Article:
Gunmetal-grey moustache, jaded crow's feet,
the derby's spoke all concrete english
with renewed sass polished into it by Charlie's Shoe Shiner by the side of the street,
previously owned by a tinker.
It's smugness at this second wiped by a clinker, the minute the heel of the shoe got
a shoulder tap,
turning to the sound of a stone on a saltatory path of the roughened street,
kicked by tallest of the juveniles,
sound in rhythm with the shout of the
peppery old lady across, with the largest mango tree,
the leaves of which covered the gravel of that street,
like a baby tucked in.
Kick rocks she had said, and so the boys took it literally.
The lamp post next to her house still broken,
was it by the cricket ball, his winning six?
or was it a near miss of the rock aimed at her window by her unrequited lover,
requesting a rendezvous?
Shifting sides, to the dim corner, the only shelter from the ol' razzle dazzle of the
feasting festivities around.
This street, decades back, smeared with cinder of cigars of the rich,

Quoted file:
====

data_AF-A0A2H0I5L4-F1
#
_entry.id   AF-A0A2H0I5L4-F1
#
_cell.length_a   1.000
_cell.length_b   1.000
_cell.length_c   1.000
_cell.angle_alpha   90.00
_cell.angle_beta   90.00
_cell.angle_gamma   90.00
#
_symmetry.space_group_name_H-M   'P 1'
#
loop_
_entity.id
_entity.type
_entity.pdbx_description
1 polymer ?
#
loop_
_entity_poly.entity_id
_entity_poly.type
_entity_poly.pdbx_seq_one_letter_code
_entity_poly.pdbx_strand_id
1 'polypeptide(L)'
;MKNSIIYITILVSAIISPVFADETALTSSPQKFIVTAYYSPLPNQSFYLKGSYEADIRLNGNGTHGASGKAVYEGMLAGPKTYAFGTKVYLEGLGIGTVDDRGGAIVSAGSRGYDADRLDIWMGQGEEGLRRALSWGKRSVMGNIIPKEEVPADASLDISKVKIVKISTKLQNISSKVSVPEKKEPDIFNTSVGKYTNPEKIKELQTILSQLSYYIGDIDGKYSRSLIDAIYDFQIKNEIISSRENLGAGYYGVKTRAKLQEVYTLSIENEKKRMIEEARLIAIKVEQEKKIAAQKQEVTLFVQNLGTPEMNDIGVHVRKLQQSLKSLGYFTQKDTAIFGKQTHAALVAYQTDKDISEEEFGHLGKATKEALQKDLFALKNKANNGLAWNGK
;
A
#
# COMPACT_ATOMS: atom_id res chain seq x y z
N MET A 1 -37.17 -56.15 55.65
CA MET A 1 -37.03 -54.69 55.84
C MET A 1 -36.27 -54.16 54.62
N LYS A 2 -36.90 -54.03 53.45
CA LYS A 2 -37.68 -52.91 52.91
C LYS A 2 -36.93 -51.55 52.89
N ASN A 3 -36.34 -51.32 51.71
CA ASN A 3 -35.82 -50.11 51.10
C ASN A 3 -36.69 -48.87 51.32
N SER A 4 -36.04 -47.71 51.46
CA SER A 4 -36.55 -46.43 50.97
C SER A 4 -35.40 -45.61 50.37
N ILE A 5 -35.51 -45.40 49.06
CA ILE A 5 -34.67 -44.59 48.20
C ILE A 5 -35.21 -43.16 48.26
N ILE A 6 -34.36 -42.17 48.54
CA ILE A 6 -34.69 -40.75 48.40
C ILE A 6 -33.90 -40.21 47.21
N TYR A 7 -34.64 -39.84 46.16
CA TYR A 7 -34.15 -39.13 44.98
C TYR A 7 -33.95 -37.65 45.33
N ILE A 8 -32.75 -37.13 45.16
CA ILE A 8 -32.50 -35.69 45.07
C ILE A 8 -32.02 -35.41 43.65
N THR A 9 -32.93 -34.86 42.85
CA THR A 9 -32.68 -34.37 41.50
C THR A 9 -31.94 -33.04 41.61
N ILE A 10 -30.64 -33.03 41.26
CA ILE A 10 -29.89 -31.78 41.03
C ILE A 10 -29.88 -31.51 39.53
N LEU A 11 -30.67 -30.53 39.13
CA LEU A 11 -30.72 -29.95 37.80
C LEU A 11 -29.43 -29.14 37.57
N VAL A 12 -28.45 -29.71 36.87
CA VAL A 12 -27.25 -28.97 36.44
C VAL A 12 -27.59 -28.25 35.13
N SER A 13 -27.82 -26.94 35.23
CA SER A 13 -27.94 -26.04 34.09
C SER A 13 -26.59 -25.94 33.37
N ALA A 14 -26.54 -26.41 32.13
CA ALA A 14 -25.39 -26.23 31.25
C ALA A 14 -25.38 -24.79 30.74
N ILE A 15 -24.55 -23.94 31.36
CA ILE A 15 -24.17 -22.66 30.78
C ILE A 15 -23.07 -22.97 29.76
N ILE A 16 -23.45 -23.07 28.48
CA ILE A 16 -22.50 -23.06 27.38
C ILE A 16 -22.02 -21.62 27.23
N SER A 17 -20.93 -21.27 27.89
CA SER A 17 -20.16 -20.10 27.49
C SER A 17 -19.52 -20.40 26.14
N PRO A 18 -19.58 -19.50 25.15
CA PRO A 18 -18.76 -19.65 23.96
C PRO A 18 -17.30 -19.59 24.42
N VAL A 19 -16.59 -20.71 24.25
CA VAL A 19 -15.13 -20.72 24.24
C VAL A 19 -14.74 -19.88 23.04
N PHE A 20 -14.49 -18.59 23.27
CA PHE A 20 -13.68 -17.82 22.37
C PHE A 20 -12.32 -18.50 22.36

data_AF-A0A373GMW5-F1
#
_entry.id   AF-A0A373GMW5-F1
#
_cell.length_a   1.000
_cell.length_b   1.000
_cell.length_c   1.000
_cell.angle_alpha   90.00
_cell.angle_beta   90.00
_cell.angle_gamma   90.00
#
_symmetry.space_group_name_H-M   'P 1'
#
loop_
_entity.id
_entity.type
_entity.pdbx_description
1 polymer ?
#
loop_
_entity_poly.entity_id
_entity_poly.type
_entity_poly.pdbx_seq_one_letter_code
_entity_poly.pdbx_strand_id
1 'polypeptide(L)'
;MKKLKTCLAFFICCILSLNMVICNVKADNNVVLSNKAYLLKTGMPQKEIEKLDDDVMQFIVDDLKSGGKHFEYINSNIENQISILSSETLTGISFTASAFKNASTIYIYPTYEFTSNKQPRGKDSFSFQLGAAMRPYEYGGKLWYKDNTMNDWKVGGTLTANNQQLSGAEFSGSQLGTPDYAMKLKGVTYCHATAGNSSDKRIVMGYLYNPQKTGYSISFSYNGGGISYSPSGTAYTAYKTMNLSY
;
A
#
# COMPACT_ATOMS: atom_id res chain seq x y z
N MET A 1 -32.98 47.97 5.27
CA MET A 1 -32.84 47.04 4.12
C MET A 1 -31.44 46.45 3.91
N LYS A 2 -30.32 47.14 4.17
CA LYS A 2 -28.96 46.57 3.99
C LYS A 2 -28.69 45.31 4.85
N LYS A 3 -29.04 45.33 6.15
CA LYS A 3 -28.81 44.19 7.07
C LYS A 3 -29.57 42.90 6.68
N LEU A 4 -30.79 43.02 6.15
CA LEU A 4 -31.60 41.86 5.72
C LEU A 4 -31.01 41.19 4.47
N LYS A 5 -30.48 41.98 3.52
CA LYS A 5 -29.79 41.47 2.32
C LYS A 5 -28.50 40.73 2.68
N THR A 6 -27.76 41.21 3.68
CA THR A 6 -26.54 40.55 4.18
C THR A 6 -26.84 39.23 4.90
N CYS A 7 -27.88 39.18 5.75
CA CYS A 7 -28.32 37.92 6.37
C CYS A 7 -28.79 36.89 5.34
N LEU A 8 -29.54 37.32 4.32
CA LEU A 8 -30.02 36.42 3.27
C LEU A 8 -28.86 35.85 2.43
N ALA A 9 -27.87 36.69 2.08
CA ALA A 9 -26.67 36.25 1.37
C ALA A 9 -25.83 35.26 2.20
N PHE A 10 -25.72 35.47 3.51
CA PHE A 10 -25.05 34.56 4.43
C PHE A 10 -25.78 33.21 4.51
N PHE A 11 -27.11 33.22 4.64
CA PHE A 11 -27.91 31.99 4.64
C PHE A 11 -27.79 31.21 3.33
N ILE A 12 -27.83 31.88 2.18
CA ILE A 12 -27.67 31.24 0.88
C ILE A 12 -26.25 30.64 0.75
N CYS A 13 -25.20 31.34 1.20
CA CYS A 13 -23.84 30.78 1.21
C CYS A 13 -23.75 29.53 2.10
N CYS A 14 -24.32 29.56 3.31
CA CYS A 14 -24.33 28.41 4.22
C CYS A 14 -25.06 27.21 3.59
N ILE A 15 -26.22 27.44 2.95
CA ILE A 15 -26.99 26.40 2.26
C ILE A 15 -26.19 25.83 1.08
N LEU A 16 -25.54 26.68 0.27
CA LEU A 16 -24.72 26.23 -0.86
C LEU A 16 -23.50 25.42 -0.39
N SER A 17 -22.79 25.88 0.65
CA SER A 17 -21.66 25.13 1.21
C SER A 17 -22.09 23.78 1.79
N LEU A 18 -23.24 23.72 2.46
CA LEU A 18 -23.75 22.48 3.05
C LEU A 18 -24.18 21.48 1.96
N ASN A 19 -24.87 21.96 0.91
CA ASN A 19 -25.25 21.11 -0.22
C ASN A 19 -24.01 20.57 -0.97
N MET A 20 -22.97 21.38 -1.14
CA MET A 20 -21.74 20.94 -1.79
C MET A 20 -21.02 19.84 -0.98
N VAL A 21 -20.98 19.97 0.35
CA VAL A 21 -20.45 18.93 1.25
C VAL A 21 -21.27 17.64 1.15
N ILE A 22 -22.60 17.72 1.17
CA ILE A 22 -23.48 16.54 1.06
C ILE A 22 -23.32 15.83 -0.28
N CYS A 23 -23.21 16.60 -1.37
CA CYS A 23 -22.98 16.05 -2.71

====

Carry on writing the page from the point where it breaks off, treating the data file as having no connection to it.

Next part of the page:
now with butts, like the road is made up of ash, built by the kids that once said
they'd never be like this.
Here and now, the rugged street and resistance of the sole hurt the foot,
which could once unflinchingly run bare through rocks to reach to raw guava first.
Gutter beside now seems closed, where will the 7 tailed rat from granny's fairytale
Playing the cassette on the walkman in back pocket,
tuning from the 1960's to the timeless,
the town turning sepia,
a turn to the right,
dusty chalk, drawn hopscotch squares, a few jumps, even the limping leg could
The two fingers that will braid hair and make bread,
now in the street on the left, shooting marbles like some top dog.
Pistachio painted doors with chipped paint, familiarly, by the frame, stood a father
waiting for his kid, barely tolerating a minute past 9, a minute too late.
Soon the tape reel stops turning
but rather not bemoan
after all at the end of the day ,
rewind and all these streets lead to home.